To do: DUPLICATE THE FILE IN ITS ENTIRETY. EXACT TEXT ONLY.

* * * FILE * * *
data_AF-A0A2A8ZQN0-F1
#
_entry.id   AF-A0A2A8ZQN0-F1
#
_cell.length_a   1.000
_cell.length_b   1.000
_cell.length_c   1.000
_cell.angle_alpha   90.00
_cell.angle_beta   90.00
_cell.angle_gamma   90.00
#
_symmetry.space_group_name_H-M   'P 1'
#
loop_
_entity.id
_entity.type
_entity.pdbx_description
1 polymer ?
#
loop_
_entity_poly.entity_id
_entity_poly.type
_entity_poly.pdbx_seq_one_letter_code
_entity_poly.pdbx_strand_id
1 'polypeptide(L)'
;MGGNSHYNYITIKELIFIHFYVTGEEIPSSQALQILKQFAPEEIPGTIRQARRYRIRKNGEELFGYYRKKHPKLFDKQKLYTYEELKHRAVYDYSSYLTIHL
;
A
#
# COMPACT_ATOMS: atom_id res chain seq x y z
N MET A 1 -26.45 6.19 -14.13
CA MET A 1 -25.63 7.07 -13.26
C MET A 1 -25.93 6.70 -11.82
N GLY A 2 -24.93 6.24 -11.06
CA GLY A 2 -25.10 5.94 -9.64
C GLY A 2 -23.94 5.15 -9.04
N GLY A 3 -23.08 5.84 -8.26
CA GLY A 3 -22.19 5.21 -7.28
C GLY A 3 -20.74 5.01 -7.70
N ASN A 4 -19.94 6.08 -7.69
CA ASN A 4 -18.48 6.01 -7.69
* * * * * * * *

data_AF-A0A2A8ZQN0-F1
#
_entry.id   AF-A0A2A8ZQN0-F1
#
_cell.length_a   1.000
_cell.length_b   1.000
_cell.length_c   1.000
_cell.angle_alpha   90.00
_cell.angle_beta   90.00
_cell.angle_gamma   90.00
#
_symmetry.space_group_name_H-M   'P 1'
#
loop_
_entity.id
_entity.type
_entity.pdbx_description
1 polymer ?
#
loop_
_entity_poly.entity_id
_entity_poly.type
_entity_poly.pdbx_seq_one_letter_code
_entity_poly.pdbx_strand_id
1 'polypeptide(L)'
;MGGNSHYNYITIKELIFIHFYVTGEEIPSSQALQILKQFAPEEIPGTIRQARRYRIRKNGEELFGYYRKKHPKLFDKQKLYTYEELKHRAVYDYSSYLTIHL
;
A
#
# COMPACT_ATOMS: atom_id res chain seq x y z
N MET A 1 -26.45 6.19 -14.13
CA MET A 1 -25.63 7.07 -13.26
C MET A 1 -25.93 6.70 -11.82
N GLY A 2 -24.93 6.24 -11.06
CA GLY A 2 -25.10 5.94 -9.64
C GLY A 2 -23.94 5.15 -9.04
N GLY A 3 -23.08 5.84 -8.26
CA GLY A 3 -22.19 5.21 -7.28
C GLY A 3 -20.74 5.01 -7.70
N ASN A 4 -19.94 6.08 -7.69
CA ASN A 4 -18.48 6.01 -7.69